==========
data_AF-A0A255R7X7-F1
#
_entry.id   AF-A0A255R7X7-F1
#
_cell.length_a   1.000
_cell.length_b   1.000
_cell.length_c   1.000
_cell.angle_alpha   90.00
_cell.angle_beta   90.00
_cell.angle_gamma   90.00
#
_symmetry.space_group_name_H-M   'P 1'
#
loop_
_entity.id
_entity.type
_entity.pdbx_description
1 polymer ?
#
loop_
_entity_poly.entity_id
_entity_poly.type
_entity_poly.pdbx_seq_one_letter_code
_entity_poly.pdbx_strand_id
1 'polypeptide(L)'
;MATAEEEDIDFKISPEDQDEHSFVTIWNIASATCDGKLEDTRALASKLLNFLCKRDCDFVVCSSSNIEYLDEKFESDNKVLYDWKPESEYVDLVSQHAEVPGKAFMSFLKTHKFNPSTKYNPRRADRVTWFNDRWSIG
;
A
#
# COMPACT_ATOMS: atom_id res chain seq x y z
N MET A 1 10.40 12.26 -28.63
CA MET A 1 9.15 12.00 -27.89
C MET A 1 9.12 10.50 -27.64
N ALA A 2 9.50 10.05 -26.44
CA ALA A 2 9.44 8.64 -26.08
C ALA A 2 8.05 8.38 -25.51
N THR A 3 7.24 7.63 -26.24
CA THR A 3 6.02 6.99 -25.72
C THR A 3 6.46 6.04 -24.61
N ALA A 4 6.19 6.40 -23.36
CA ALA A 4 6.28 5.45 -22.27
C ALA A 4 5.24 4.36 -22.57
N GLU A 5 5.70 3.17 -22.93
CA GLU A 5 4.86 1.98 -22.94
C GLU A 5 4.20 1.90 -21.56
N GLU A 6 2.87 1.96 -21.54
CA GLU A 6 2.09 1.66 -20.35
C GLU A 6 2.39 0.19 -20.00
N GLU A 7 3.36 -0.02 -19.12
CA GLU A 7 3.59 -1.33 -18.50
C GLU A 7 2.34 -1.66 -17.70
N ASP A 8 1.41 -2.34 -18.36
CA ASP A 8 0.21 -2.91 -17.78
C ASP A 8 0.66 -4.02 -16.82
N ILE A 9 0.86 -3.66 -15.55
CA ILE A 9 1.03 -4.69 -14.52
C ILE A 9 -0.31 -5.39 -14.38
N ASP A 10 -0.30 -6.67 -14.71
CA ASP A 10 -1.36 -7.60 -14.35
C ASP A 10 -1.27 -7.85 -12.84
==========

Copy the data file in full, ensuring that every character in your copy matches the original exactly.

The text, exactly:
data_AF-A0A255R7X7-F1
#
_entry.id   AF-A0A255R7X7-F1
#
_cell.length_a   1.000
_cell.length_b   1.000
_cell.length_c   1.000
_cell.angle_alpha   90.00
_cell.angle_beta   90.00
_cell.angle_gamma   90.00
#
_symmetry.space_group_name_H-M   'P 1'
#
loop_
_entity.id
_entity.type
_entity.pdbx_description
1 polymer ?
#
loop_
_entity_poly.entity_id
_entity_poly.type
_entity_poly.pdbx_seq_one_letter_code
_entity_poly.pdbx_strand_id
1 'polypeptide(L)'
;MATAEEEDIDFKISPEDQDEHSFVTIWNIASATCDGKLEDTRALASKLLNFLCKRDCDFVVCSSSNIEYLDEKFESDNKVLYDWKPESEYVDLVSQHAEVPGKAFMSFLKTHKFNPSTKYNPRRADRVTWFNDRWSIG
;
A
#
# COMPACT_ATOMS: atom_id res chain seq x y z
N MET A 1 10.40 12.26 -28.63
CA MET A 1 9.15 12.00 -27.89
C MET A 1 9.12 10.50 -27.64
N ALA A 2 9.50 10.05 -26.44
CA ALA A 2 9.44 8.64 -26.08
C ALA A 2 8.05 8.38 -25.51
N THR A 3 7.24 7.63 -26.24
CA THR A 3 6.02 6.99 -25.72
C THR A 3 6.46 6.04 -24.61
N ALA A 4 6.19 6.40 -23.36
CA ALA A 4 6.28 5.45 -22.27
C ALA A 4 5.24 4.36 -22.57
N GLU A 5 5.70 3.17 -22.93
CA GLU A 5 4.86 1.98 -22.94
C GLU A 5 4.20 1.90 -21.56
N GLU A 6 2.87 1.96 -21.54
CA GLU A 6 2.09 1.66 -20.35
C GLU A 6 2.39 0.19 -20.00
N GLU A 7 3.36 -0.02 -19.12
CA GLU A 7 3.59 -1.33 -18.50
C GLU A 7 2.34 -1.66 -17.70
N ASP A 8 1.41 -2.34 -18.36
CA ASP A 8 0.21 -2.91 -17.78
C ASP A 8 0.66 -4.02 -16.82
N ILE A 9 0.86 -3.66 -15.55
CA ILE A 9 1.03 -4.69 -14.52
C ILE A 9 -0.31 -5.39 -14.38
N ASP A 10 -0.30 -6.67 -14.71
CA ASP A 10 -1.36 -7.60 -14.35
C ASP A 10 -1.27 -7.85 -12.84